The story goes that this Route 66 ghost town got its name in 1883 when the Southern Pacific Railroad named the station after Baghdad, Iraq (sans the “h”) because of its similar inhospitable climate. Curiously, the railroad named two other nearby towns “Siberia” and “Klondike”. A post office was added in 1889 and at one point the town bustled with activity, boasting a telegraph office, hotels, mercantile, a school and library, and a Harvey House restaurant.
Bagdad was an important stop along the train route since Ash Hill Grade heading northwest out of the town was quite a pull for westbound trains. Water was brought in from nearby Newberry Springs daily in 20-car trains. The Bagdad stop also provided coal and fuel oil, and during the 1900-1910 mining boom it was the station used to ship out product from the Orange Blossom and War Eagle mines. At its zenith, the town of Bagdad probably had close to 600 residents.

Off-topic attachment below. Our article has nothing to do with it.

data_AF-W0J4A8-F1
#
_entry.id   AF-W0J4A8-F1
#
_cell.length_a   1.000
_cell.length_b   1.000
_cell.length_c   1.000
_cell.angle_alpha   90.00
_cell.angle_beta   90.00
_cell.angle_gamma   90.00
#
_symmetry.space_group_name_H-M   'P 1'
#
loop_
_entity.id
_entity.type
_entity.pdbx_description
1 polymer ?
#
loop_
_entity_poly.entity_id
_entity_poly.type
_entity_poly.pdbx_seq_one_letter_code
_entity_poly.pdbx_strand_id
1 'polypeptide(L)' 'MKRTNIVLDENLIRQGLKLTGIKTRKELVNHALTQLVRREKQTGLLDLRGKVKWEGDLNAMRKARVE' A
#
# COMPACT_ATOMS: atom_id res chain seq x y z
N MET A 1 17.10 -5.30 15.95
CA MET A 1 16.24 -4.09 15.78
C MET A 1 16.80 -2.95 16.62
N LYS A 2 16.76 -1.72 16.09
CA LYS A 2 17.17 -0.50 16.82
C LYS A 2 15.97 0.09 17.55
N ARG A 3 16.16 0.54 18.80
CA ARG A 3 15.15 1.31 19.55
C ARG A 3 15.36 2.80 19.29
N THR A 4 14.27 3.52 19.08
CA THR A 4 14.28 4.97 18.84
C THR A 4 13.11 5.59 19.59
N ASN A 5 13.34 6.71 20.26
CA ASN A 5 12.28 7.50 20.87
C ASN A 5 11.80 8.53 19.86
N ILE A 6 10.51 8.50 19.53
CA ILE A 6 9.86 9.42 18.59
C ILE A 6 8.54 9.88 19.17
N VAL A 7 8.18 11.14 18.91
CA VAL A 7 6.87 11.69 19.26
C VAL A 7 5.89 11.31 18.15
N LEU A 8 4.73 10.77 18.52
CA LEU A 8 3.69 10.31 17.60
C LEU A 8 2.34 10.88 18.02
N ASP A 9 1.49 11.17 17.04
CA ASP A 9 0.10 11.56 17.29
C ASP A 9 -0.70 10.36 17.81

NOTE: This article has been SNIPPED. Why? Digging History is now a monthly digital (PDF) magazine. This article will be included in a future edition of Digging History Magazine. Check out the latest issue here: www.digginghistorymag.com or try a subscription here. Want to TRY OUT the magazine? Click the magazine link in the previous sentence, then scroll to the bottom of any page and provide your email and Subscribe. A free issue will be coming your way soon!